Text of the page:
Randle's 10-point plan moves several steps toward the humane treatment of Tamms inmates. We have yet to see how firmly the Illinois Department of Corrections is committed to protecting the human rights of these prisoners.
Updated - 09/23/2009
Former Inmates Describe Psychological Torture at State Supermax Prison During Illinois House Committee Hearing
The Illinois House of Representatives Committee on Prison Reform held a hearing today in Chicago to review the current conditions at Tamms Supermax Prison - a "supermaximum security" prison in southern Illinois where prisoners are sent for extra punishment. The prison was intended for short-term incarceration (1-2 years) during which time prisoners are in permanent solitary confinement. However, 88 men have been at Tamms since the prison opened 10 years ago and are being held indefinitely.
"Permanent solitary confinement, often for years at a time with no end in sight, is a form of psychological torture, and it often leads to mental illness," said Jean Maclean Snyder, a former MacArthur Justice Center attorney who has represented Tamms' prisoners in the past. "And when some of these men finally do return to society, Tamms has left them worse off than before they went in. It's time to reevaluate the effectiveness of supermax prisons."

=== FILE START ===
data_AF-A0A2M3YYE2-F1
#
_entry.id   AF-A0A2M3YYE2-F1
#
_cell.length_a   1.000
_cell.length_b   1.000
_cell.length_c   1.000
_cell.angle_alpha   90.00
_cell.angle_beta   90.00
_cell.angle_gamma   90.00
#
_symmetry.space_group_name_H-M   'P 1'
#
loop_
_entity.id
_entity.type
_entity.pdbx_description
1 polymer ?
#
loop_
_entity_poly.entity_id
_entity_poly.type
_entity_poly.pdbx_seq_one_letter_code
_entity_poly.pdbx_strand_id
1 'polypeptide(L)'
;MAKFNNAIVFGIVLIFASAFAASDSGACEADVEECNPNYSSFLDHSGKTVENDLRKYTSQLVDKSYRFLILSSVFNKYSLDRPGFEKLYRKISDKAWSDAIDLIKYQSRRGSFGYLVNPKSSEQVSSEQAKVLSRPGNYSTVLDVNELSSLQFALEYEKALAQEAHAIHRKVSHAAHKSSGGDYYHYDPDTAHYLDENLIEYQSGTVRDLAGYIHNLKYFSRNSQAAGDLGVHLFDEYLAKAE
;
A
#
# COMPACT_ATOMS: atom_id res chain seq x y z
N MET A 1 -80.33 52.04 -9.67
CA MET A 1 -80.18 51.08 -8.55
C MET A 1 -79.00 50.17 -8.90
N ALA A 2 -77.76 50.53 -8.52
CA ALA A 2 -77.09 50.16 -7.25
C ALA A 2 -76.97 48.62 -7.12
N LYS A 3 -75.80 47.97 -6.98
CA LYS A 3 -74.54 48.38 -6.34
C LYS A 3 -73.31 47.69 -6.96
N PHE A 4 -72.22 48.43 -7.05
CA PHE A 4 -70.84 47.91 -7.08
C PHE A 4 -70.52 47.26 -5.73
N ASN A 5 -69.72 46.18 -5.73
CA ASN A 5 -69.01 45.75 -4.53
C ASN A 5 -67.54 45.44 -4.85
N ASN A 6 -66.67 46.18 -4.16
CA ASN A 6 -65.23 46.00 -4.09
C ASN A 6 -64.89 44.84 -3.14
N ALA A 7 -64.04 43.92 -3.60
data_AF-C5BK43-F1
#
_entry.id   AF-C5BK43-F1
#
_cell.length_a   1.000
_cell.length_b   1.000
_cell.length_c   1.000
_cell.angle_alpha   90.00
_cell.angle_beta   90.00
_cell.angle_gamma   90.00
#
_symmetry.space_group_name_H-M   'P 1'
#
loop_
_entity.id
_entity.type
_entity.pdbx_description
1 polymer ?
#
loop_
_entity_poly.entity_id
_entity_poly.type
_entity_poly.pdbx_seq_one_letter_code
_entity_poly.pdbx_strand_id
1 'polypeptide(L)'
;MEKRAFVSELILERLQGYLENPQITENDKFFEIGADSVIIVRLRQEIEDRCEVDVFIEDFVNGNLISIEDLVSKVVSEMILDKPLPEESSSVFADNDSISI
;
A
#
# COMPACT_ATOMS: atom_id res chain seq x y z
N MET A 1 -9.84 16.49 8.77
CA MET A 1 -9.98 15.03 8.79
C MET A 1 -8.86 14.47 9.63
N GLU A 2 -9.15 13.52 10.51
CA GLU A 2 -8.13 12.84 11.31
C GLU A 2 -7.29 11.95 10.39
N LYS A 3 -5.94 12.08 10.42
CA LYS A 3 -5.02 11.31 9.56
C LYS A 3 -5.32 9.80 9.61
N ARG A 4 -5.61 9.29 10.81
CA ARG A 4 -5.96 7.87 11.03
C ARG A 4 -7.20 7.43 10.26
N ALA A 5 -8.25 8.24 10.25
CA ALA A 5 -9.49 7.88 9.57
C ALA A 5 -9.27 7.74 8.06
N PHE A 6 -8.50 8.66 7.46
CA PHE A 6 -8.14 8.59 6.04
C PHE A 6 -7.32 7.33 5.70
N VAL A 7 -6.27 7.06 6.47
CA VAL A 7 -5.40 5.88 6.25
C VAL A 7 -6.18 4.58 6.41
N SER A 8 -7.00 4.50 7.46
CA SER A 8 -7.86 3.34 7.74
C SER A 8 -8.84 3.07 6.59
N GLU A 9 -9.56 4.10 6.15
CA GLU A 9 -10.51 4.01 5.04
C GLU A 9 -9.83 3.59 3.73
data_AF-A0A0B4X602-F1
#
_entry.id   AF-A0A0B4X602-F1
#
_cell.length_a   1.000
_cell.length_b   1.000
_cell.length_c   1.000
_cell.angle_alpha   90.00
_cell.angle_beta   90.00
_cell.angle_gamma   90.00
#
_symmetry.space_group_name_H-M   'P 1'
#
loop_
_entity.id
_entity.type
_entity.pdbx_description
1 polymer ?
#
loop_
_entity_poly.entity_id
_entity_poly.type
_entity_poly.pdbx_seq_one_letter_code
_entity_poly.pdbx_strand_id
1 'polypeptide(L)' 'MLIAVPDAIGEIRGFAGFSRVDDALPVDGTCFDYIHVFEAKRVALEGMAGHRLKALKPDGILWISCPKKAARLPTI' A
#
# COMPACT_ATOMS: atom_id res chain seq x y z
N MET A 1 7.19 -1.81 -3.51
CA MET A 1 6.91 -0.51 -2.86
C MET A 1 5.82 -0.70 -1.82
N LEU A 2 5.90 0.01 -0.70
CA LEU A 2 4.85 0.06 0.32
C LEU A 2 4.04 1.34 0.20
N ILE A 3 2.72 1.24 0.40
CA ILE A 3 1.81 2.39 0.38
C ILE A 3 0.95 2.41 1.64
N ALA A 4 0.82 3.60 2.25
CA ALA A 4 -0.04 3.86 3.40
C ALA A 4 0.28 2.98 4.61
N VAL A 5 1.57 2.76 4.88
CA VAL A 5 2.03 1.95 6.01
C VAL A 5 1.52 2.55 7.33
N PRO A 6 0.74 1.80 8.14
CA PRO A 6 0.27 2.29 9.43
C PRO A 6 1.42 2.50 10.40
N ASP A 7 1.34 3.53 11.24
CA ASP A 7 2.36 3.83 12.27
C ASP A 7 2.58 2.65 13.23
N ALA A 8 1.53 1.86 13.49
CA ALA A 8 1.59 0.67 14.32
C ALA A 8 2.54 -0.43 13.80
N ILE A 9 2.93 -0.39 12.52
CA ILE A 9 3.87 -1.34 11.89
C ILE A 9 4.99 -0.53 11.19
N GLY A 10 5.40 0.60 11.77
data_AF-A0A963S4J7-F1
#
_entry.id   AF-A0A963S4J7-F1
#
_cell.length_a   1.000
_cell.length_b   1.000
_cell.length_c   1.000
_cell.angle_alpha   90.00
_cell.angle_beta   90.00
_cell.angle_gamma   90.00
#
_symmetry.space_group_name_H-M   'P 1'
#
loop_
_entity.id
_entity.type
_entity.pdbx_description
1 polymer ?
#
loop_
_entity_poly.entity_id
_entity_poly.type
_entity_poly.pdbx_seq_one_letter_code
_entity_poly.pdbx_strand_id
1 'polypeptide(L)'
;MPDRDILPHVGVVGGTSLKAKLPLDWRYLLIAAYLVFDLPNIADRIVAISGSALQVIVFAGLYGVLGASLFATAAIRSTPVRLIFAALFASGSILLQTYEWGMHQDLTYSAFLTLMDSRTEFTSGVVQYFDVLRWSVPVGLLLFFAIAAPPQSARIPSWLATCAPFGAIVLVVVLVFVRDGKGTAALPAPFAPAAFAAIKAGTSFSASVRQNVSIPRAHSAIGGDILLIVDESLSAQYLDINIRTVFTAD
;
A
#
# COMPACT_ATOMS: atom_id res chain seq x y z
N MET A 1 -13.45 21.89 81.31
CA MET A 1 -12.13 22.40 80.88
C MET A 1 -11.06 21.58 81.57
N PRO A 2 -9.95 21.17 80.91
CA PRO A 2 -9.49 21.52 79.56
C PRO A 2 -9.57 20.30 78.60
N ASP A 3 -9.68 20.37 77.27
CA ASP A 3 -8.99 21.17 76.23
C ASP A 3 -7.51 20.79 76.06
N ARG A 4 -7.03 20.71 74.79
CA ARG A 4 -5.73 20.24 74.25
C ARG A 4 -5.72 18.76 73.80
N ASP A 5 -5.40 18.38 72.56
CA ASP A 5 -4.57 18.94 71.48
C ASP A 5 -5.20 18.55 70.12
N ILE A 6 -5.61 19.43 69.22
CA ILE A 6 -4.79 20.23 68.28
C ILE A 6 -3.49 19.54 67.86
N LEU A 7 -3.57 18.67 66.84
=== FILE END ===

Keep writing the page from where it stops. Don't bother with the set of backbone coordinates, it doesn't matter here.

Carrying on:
They're also extremely expensive. According to the Illinois Department of Corrections, the average annual cost of housing a prisoner at Tamms is two to three times as much as any other adult prison in Illinois.
"The fact that we're paying tens of thousands of dollars more to lock people up at Tamms when there is no benefit to the prisoner or the larger society is mind boggling," said Locke Bowman, legal director of the MacArthur Justice Center. "Throwing more money away on an abusive system at Tamms that doesn't work is not the answer."
Mental health professionals, prisoners' family members, MacArthur Justice Center attorneys, and advocates testified at the hearing and are calling on the Illinois House of Representatives to end psychological torture at Tamms.
Updated - 04/01/2008
Rights of Mentally Ill Prisoners at Tamms
MJC Improves Treatment of Mentally Ill Prisoners at Supermax Facility
Mentally ill inmates housed in one of Illinois' harshest prisons will receive access to better health treatment under a legal settlement that MacArthur Justice Center has reached with the Illinois Department of Corrections.
The agreement results from a lawsuit that the center brought against the state on behalf of mentally ill inmates confined at the Tamms Correctional Center in southern Illinois. Tamms is a maximum-security, or "Supermax," prison, a designation "synonymous with extreme isolation" according to the U.S. Supreme Court.
At Tamms, prisoners with serious mental illness were denied access to adequate medical treatment, causing them severe psychological trauma, MacArthur Justice Center charged in its suit.
In settling the case, the Illinois Department of Corrections agreed to institute better screening of inmates to detect mental illness, to establish a special psychiatric unit to administer to afflicted prisoners and to heighten standards of confidentiality between inmates and mental health care providers.
Updated - 07/01/2005
Lawsuit Says Housing Mentally Ill Prisoners at Supermax is Illegal